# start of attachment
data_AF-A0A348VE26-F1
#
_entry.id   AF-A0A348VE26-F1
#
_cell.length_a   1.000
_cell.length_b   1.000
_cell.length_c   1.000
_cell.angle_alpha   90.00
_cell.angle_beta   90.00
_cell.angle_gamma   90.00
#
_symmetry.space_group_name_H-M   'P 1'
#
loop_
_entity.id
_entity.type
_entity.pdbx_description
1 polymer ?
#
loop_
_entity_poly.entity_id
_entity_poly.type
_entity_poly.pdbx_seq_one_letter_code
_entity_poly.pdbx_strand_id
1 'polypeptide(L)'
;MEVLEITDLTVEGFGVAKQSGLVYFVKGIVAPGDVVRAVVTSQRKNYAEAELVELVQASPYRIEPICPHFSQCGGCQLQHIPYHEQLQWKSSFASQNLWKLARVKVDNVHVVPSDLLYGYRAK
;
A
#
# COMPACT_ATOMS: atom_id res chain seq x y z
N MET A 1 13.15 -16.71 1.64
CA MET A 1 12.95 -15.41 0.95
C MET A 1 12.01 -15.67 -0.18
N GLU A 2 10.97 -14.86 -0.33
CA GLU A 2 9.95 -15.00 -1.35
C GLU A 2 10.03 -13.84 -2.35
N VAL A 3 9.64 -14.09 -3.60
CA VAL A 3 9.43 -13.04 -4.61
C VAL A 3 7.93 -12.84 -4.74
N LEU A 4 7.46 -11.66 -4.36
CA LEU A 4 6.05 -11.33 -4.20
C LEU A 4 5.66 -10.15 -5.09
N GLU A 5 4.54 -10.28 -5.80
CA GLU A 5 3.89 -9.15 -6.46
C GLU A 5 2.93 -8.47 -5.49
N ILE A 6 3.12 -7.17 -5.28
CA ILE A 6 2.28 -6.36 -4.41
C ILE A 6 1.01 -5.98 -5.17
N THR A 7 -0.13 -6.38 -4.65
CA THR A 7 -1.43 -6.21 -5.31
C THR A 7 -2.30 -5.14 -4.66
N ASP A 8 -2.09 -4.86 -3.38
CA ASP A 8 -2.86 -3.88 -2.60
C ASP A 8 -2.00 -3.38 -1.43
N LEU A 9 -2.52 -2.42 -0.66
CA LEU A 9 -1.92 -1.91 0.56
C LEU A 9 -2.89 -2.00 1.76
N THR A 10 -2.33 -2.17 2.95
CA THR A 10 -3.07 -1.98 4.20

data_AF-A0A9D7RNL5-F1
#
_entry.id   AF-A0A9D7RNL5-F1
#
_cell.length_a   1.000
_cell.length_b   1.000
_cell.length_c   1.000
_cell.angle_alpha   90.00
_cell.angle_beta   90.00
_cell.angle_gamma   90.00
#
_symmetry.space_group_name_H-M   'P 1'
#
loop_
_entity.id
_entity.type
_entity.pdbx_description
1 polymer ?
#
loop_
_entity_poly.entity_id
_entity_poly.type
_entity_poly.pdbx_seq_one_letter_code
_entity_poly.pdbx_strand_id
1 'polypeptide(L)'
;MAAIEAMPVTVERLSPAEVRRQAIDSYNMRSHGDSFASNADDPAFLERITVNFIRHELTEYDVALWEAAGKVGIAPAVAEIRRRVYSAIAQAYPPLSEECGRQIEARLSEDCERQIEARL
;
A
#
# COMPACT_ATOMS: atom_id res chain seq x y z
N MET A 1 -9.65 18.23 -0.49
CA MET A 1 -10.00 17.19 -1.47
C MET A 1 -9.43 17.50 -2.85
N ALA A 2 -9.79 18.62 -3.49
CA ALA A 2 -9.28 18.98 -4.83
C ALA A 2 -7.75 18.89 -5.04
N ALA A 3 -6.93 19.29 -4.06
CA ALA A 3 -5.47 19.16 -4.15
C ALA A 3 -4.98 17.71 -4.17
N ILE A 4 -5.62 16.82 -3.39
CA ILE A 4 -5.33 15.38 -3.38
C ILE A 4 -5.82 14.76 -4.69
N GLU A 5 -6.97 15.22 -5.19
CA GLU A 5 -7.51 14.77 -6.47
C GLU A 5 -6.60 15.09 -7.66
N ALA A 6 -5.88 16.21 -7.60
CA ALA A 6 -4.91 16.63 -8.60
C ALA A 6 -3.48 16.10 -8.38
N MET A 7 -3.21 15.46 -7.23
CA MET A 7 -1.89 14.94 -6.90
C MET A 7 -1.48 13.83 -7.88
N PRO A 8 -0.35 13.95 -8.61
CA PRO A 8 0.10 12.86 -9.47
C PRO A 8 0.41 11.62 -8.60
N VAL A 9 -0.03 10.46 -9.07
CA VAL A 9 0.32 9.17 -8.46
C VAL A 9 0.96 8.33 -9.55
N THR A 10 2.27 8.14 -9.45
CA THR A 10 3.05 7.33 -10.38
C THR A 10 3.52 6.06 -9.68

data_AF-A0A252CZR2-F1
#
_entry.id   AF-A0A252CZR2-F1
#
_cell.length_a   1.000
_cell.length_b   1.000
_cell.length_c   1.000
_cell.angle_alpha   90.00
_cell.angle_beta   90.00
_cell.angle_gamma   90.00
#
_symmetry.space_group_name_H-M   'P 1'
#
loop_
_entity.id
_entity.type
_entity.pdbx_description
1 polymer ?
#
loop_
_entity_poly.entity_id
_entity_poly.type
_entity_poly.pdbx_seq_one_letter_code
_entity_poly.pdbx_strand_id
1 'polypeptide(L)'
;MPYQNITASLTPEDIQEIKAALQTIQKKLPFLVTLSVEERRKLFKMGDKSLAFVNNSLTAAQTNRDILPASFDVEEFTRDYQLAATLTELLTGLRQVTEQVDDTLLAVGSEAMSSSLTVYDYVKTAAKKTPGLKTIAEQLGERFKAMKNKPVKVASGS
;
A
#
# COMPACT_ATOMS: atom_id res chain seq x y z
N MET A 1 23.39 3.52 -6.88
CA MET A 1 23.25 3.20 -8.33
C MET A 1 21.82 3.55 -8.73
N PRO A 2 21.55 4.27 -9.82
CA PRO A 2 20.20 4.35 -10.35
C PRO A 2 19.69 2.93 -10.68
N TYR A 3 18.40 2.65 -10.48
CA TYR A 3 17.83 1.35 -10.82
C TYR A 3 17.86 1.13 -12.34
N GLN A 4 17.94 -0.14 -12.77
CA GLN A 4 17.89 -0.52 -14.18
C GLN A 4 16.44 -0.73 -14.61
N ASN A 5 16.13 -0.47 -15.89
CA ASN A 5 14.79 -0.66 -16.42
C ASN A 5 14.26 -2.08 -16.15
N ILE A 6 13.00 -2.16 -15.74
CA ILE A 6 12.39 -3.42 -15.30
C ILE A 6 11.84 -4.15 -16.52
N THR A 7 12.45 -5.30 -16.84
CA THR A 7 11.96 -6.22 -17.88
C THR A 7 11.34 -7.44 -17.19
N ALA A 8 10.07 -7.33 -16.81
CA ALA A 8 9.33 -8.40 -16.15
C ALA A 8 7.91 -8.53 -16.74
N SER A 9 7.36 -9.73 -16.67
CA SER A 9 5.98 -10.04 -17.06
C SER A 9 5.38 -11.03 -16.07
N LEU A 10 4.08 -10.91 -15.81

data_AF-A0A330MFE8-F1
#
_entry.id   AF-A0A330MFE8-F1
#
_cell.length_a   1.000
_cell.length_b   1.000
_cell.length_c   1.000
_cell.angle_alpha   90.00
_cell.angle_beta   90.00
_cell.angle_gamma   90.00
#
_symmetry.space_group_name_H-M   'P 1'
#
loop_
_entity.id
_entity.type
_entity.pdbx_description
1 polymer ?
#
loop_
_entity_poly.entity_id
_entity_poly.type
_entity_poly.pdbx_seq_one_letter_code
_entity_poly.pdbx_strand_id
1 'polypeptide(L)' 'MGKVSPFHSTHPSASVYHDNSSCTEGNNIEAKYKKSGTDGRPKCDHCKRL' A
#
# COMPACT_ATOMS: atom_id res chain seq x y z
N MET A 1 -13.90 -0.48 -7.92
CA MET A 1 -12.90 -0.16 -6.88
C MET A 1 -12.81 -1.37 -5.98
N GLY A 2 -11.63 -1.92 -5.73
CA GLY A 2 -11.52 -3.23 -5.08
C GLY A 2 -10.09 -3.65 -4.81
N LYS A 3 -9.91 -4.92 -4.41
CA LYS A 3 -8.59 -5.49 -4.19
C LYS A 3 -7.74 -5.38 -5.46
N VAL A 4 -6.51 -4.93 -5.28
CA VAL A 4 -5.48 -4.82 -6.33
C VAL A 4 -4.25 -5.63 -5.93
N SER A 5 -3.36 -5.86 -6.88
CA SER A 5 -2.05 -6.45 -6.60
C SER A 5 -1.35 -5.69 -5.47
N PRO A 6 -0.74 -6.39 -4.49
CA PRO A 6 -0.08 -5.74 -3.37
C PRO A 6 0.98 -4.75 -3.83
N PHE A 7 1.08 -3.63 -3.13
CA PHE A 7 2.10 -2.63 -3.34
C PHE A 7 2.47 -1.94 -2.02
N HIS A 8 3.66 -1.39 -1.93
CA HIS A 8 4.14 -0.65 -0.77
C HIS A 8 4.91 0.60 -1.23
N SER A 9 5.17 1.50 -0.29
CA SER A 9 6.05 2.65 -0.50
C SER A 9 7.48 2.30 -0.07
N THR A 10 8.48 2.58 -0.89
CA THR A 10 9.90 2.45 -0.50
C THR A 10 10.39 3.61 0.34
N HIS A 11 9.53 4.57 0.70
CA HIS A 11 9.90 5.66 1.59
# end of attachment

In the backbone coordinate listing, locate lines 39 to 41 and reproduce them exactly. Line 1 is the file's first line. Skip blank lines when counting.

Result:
C VAL A 3 7.93 -12.84 -4.74
N LEU A 4 7.46 -11.66 -4.36
CA LEU A 4 6.05 -11.33 -4.20